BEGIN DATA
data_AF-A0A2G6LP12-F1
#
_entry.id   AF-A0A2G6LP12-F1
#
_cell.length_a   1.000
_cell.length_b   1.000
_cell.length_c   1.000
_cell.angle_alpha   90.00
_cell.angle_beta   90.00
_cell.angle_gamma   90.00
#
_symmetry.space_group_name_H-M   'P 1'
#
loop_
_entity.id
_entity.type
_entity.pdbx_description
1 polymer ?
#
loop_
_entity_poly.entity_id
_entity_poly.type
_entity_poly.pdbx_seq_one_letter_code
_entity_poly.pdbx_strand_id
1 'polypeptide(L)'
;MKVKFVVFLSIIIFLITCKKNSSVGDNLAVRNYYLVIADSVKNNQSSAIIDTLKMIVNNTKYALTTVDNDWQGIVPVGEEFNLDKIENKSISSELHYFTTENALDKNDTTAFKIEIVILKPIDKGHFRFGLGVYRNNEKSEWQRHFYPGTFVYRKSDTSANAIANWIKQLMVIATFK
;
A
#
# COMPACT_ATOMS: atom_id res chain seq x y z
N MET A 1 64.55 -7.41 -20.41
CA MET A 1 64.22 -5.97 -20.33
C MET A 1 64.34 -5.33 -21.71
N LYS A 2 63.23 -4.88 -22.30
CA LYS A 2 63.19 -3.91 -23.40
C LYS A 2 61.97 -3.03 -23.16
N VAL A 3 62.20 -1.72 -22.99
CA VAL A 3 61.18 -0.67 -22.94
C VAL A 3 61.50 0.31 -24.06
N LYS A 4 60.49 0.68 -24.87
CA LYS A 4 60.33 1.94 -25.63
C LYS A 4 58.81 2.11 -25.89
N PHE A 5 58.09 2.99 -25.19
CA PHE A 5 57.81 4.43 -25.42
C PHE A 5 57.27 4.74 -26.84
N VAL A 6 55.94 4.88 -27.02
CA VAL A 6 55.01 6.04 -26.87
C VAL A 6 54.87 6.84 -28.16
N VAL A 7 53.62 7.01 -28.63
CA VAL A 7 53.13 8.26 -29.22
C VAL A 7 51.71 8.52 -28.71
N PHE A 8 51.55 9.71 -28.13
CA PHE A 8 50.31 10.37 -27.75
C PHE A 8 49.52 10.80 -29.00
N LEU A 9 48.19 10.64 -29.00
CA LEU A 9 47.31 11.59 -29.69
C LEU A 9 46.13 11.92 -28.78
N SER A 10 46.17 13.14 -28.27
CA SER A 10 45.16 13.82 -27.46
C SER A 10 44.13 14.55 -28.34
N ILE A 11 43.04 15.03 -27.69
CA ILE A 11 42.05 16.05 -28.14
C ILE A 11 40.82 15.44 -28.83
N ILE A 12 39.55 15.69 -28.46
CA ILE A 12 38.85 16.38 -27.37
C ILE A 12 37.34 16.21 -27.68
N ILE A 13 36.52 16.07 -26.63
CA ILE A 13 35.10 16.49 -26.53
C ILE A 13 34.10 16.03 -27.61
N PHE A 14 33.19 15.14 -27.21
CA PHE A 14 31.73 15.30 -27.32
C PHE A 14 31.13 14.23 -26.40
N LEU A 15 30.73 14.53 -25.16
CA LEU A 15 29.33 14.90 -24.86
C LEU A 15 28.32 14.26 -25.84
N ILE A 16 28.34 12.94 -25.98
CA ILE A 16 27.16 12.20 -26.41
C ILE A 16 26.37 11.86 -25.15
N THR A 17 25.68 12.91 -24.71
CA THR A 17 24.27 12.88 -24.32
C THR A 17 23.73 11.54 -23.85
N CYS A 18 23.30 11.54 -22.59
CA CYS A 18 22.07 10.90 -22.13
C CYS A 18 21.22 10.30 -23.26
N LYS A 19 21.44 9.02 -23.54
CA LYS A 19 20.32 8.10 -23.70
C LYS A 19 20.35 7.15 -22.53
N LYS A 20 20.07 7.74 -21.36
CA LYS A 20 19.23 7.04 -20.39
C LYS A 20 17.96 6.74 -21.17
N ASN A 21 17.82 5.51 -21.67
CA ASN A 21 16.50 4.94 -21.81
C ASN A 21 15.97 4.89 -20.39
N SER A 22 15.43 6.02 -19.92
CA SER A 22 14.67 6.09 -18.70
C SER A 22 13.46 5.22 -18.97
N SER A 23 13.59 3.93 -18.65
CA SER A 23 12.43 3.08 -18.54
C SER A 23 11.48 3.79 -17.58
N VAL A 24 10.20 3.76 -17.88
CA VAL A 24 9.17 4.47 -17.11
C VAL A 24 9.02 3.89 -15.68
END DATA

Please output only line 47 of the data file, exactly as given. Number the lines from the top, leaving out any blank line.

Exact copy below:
CA VAL A 6 55.01 6.04 -26.87